Semester course; 3 lecture hours. 3 credits. This course provides an introduction to the fundamentals in physics of semiconductors with emphasis on low-dimensional structures such as quantum wells, quantum dots, nanorods, etc. Particular attention is placed on the effects of the surface and small sizes on electrical and optical properties of semiconductor materials and devices.
PHYS 571. Theoretical Mechanics. 3 Hours.
PHYS 573. Analytical Methods in Physics. 3 Hours.
Semester course; 3 lecture hours. 3 credits. Prerequisites: PHYS 376 and PHYS 380, or graduate standing. Theoretical and numerical techniques in solving differential equations in condensed matter. Classification of electronic states in solids and clusters using groups, infinite series approximations, calculus of residues and causality.
PHYS 576. Electromagnetic Theory. 3 Hours.
Semester course; 3 lecture hours. 3 credits. Prerequisite: PHYS 571. Maxwell's equations of electromagnetism, vector and scalar potentials, electromagnetic waves and radiation theory.
PHYS 580. Quantum Mechanics. 3 Hours.
Semester course; 3 lecture hours. 3 credits. Prerequisite: PHYS 571. Theoretical quantum descriptions with emphasis upon mathematical techniques. Schrodinger equation, hydrogen atom, eigenfunctions and eigenvalues, angular momentum and spin and perturbation theory.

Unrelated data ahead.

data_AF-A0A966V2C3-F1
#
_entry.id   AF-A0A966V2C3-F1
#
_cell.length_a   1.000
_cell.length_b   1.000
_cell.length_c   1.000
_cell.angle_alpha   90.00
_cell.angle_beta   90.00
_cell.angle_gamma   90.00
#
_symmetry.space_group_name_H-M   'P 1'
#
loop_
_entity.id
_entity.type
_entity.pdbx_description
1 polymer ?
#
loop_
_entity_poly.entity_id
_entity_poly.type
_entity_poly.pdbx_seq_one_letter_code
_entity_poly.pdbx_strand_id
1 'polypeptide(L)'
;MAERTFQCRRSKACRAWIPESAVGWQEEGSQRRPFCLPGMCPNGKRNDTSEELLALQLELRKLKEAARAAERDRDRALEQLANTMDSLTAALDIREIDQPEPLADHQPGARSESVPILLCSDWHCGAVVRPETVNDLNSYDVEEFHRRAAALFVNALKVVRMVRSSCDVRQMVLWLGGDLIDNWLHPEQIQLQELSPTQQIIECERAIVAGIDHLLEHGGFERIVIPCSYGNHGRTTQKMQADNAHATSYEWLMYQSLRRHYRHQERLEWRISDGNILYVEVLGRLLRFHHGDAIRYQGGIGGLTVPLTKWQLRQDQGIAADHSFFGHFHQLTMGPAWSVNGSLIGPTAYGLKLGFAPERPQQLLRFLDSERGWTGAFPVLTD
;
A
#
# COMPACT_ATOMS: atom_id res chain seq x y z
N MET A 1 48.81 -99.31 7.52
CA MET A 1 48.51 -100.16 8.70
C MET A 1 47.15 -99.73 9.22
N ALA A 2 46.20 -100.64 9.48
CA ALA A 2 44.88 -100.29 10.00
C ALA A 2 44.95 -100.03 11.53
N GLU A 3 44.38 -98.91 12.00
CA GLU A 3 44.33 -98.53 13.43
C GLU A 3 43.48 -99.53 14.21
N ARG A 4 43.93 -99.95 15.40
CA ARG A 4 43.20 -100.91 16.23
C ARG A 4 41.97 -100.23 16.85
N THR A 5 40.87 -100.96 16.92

PHYS 583. Geometrical Methods of Physics and Gravitation. 3 Hours.
Semester course; 3 lecture hours. 3 credits. Prerequisites: PHYS 571 and PHYS 573 or permission of instructor. Introduction to the language of differential geometry that is needed for research in gravitation and cosmology. Topics include tensors, connections on manifolds, gauge-invariant field theories and Einstein’s theory of general relativity. Examples include black holes and cosmological solutions of Einstein’s field equations.
PHYS 591. Topics in Physics. 1-3 Hours.
Semester course; 1-3 lecture hours. 1-3 credits. Open to graduate students and to undergraduate students with advanced standing. An in-depth study of a selected topic in advanced physics. See the Schedule of Classes for specific topics to be offered each semester and prerequisites. Applicable toward physics major requirements.
PHYS 640. Equilibrium Statistical Physics. 3 Hours.